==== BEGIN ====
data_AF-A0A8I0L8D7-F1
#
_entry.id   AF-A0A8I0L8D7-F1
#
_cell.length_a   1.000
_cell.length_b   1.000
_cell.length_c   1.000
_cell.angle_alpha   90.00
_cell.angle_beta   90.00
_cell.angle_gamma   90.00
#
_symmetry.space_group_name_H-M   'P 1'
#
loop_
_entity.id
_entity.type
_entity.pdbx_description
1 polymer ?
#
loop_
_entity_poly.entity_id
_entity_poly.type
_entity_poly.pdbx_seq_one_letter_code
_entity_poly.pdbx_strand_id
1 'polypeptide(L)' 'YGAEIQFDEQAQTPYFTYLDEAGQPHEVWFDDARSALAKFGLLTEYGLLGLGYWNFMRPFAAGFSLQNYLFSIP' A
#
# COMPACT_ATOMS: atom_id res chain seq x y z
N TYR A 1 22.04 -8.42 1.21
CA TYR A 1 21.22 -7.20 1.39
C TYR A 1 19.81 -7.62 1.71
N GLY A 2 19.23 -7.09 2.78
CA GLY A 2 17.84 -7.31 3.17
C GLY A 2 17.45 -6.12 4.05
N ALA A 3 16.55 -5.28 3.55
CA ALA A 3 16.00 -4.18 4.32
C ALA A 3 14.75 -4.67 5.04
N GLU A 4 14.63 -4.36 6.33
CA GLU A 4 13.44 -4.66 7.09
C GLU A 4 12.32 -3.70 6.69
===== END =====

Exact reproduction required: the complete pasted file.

data_AF-A0A8I0L8D7-F1
#
_entry.id   AF-A0A8I0L8D7-F1
#
_cell.length_a   1.000
_cell.length_b   1.000
_cell.length_c   1.000
_cell.angle_alpha   90.00
_cell.angle_beta   90.00
_cell.angle_gamma   90.00
#
_symmetry.space_group_name_H-M   'P 1'
#
loop_
_entity.id
_entity.type
_entity.pdbx_description
1 polymer ?
#
loop_
_entity_poly.entity_id
_entity_poly.type
_entity_poly.pdbx_seq_one_letter_code
_entity_poly.pdbx_strand_id
1 'polypeptide(L)' 'YGAEIQFDEQAQTPYFTYLDEAGQPHEVWFDDARSALAKFGLLTEYGLLGLGYWNFMRPFAAGFSLQNYLFSIP' A
#
# COMPACT_ATOMS: atom_id res chain seq x y z
N TYR A 1 22.04 -8.42 1.21
CA TYR A 1 21.22 -7.20 1.39
C TYR A 1 19.81 -7.62 1.71
N GLY A 2 19.23 -7.09 2.78
CA GLY A 2 17.84 -7.31 3.17
C GLY A 2 17.45 -6.12 4.05
N ALA A 3 16.55 -5.28 3.55
CA ALA A 3 16.00 -4.18 4.32
C ALA A 3 14.75 -4.67 5.04
N GLU A 4 14.63 -4.36 6.33
CA GLU A 4 13.44 -4.66 7.09
C GLU A 4 12.32 -3.70 6.69